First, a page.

The US Congress passed into law the Occupational Safety and Health Act (OSH Act) in 1970 in order to ensure a safe and healthy working environment for all employees all across the US. This Act paved the way for the formation of the Occupational Safety and Health Administration (OSHA) in 1971, the task of which is to implement the standards formed under the Act, encourage and help all US states in creating safe and healthy working conditions, and provide information, training (and so forth) in the area of occupational safety and health.
The mandates that OSHA enforces are directed to employers in both public and private sectors, making them totally liable for injuries and/or illnesses sustained or developed by workers and employees. Obviously, though, some managers remain to be stubborn in implementing federal and state safety standards, while some employees seem to be concerned only about their own comfort, leading to complete disregard of the rules for safety enforced by OSHA.
There are many causes of injuries that could seriously affect a worker’s financial capacity, especially if the injury renders the worker incapable or reporting back to work for a period longer than he/she expects to be healed. The most common causes that have been identified by the US Department of Labor, though, include:
- Violent acts due to arguments and office politics
- Continuous repetitive motion, which can lead to carpal tunnel syndrome and back pains
- Getting entangled in machines in factories
- Driving as part of work
- Getting struck by an object (or by a vehicle – for those working in construction sites)
- Getting hit by a falling object
- Falling from a ladder, the roof, stairs, or any elevated place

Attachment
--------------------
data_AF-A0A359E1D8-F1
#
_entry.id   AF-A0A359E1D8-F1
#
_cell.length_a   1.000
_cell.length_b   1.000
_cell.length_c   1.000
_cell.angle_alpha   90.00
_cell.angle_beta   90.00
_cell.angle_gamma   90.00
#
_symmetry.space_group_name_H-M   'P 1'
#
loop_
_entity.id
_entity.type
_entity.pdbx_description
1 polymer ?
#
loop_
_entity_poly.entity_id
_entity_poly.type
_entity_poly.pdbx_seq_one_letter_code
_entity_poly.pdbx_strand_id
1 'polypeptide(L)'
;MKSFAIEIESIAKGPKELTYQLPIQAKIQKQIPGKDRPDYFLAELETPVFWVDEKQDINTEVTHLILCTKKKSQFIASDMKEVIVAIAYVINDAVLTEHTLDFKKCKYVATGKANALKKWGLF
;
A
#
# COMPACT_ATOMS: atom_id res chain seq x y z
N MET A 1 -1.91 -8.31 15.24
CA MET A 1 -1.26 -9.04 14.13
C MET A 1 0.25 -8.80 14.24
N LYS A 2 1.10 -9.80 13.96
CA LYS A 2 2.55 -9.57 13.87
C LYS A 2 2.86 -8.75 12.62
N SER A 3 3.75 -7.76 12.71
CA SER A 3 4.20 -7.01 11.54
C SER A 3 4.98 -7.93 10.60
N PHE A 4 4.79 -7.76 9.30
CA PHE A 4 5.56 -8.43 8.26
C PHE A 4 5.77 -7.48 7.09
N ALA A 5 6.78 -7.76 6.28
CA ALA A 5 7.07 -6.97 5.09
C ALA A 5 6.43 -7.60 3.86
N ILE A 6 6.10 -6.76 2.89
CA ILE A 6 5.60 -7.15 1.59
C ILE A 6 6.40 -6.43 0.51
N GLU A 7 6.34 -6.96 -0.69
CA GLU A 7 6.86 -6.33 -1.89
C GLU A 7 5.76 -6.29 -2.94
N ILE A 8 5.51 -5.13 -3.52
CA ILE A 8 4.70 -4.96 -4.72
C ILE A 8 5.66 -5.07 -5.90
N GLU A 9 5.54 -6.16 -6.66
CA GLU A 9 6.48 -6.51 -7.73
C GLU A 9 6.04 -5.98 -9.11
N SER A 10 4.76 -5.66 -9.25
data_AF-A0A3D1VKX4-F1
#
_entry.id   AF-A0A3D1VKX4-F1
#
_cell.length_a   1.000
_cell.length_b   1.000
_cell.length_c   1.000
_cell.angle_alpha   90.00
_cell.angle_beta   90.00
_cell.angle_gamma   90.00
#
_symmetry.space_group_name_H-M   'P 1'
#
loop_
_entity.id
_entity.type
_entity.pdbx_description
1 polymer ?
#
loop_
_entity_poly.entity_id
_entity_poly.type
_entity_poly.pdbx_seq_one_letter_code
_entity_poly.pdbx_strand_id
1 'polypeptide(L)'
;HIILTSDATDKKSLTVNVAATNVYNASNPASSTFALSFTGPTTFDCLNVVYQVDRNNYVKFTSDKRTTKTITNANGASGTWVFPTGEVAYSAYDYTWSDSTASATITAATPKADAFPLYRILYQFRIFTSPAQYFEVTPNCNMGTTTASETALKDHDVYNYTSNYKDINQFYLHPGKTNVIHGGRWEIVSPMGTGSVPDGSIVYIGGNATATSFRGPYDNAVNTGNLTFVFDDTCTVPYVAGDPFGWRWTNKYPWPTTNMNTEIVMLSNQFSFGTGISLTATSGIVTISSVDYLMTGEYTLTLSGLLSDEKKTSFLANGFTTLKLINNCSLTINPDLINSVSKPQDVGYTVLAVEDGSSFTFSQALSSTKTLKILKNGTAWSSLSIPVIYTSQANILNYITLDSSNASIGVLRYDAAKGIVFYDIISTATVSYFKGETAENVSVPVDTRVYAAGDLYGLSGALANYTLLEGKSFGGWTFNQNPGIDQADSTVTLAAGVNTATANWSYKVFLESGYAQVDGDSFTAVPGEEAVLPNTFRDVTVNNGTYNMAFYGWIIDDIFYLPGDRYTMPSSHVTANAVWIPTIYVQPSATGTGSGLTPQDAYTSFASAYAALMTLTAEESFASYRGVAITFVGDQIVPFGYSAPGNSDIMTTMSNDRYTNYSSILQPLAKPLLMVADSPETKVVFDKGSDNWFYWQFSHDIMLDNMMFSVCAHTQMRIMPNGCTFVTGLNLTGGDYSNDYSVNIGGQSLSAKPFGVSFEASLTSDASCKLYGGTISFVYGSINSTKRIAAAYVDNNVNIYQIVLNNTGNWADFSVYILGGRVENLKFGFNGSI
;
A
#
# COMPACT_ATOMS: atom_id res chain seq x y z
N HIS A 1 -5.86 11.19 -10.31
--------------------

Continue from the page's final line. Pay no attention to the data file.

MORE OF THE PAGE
- Slipping and/or tripping, which happens to be the second most common cause of workplace injury
- Overexertion, due to carrying, pulling, pushing, holding or lifting heavy objects
Regardless of the cause of injury or whose fault it may be, a worker is entitled to file for benefits with the Workers’ Compensation or Workers’ Comp. This insurance benefit was introduced during the early part of the 20th century to provide immediate and sure financial assistance to workers/employees, who sustain a job-related injury or who develops an occupational illness. Alongside this benefit came laws that were designed to improve safety in the workplace and therefore reduce the number of workplace injuries.
On its website, the workers’ compensation law firm Scudder & Hedrick, PLLC, explains how costly medical treatment, on top of income losses due to inability to render work for days or weeks, can put an injured worker’s family under serious financial conditions. The matter further and reiterates the right of the victim to the compensation, which he/she is entitled to and which is intended to keep him/her from crippling financial situations. The chance of being awarded the Workers’ Comp benefits, however, sometimes depends on the resolve of a legal professional representing the injured worker. Thus, it is critical that the lawyer the victim hires is highly-knowledgeable and competent in the field of workplace injury and Worker’s Compensation.Read More